Nutrition tran­si­tion is often con­sid­ered a neg­a­tive process involv­ing the switch from a healthy tra­di­tional diet rich in nutri­ents to a diet char­ac­ter­ized by exces­sive con­sump­tion of pro­teins, sat­u­rated fats and sim­ple sug­ars,” the researchers wrote in the study.

However, in the Sardinian Longevity Blue Zone, the process also brought pos­i­tive ele­ments,” they added. The tra­di­tional diet, con­tain­ing an unbal­anced intake of meat and dairy prod­ucts, was pro­gres­sively replaced by a diet more rep­re­sen­ta­tive of the typ­i­cal Mediterranean model, where the con­sump­tion of fish, leafy greens and fruit was higher.”

The research showed how the change in the diet habits across the nutri­tion tran­si­tion resulted in dif­fer­ent health and func­tional sta­tus out­comes.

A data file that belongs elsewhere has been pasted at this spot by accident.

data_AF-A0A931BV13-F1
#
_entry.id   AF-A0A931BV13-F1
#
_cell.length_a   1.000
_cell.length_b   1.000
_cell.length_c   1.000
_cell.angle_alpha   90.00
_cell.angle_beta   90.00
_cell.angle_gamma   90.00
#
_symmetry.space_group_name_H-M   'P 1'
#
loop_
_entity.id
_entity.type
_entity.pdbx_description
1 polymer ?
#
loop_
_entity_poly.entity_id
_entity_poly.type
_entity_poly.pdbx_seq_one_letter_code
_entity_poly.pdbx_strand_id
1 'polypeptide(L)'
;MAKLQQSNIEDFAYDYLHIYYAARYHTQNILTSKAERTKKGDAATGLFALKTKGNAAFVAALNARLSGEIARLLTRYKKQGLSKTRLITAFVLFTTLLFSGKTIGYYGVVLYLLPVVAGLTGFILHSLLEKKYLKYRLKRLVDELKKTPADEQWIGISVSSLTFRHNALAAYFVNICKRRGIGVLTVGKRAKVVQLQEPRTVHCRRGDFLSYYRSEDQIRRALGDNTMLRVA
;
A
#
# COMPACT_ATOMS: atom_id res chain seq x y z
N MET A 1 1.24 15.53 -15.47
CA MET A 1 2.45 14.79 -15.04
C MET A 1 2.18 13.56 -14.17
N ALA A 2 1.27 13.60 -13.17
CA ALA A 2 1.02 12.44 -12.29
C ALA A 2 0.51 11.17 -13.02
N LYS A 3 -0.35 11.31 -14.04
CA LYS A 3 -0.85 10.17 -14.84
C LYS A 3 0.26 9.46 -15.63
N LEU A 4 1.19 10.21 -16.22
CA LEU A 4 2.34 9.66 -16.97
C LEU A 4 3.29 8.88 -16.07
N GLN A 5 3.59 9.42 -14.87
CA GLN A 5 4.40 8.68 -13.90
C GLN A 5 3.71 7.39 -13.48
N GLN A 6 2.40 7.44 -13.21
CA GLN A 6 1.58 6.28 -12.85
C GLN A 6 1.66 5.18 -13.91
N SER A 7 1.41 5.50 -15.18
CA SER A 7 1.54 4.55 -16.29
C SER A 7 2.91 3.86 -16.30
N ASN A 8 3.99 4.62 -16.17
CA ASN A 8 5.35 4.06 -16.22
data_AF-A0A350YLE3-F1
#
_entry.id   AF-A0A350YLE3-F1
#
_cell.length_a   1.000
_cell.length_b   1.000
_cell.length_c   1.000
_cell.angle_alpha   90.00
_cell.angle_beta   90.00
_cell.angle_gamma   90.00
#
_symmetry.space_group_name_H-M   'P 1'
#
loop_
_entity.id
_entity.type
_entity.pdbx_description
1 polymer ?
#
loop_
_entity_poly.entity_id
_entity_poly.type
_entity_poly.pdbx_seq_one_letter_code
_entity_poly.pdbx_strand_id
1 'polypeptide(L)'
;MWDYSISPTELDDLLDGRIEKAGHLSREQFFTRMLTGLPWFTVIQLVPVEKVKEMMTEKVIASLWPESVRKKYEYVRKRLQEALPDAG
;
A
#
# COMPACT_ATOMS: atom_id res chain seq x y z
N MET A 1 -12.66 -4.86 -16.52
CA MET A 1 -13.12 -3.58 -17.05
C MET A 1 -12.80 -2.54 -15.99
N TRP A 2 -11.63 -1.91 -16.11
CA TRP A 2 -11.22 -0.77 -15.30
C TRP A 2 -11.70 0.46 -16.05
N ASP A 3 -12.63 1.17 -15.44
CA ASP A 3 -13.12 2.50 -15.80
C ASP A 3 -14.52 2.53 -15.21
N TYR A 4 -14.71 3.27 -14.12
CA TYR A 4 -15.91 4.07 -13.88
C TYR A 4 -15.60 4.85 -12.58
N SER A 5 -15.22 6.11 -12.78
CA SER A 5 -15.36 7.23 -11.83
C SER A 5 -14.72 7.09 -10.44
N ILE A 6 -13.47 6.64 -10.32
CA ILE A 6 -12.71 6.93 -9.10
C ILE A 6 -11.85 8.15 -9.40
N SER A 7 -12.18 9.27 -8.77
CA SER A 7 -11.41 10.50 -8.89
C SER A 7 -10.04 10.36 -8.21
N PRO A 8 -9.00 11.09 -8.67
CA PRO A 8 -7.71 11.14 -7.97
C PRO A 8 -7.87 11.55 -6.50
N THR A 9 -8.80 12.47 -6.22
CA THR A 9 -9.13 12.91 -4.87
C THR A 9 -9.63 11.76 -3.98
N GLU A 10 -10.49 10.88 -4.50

As expected, the analy­sis showed a ben­e­fi­cial health effect of the increased olive oil intake on self-per­ceived health, phys­i­cal per­for­mance and sense organs func­tion­al­ity,” the sci­en­tists wrote. In addi­tion, a pos­i­tive asso­ci­a­tion was detected between an increased sheep, goat and chicken meat intake and func­tion­al­ity in activ­i­ties of daily liv­ing, sug­gest­ing that a sur­plus of ani­mal pro­teins may have indi­rectly improved motor per­for­mance by pre­serv­ing mus­cle mass.”

Although meat con­sump­tion has been linked to increased all-cause mor­tal­ity, this is restricted to red and processed meat, while the con­sump­tion of poul­try meat, as in the case of Longevity Blue Zone, can pro­vide sev­eral health ben­e­fits,” they added. The con­sump­tion of dairy prod­ucts, sim­i­lar before and after the nutri­tional tran­si­tion, did not affect health indi­ca­tors.”

To cor­rectly place all of the pieces of a very com­plex puz­zle, researchers are now work­ing with their col­leagues, who are study­ing the old­est res­i­dents of three other known blue zones: the Greek island of Ikaria, the Japanese island of Okinawa and Nicoya in Costa Rica.

While feed­ing habits may rel­e­vantly dif­fer, we are now inves­ti­gat­ing the com­mons fac­tors,” Pes con­cluded.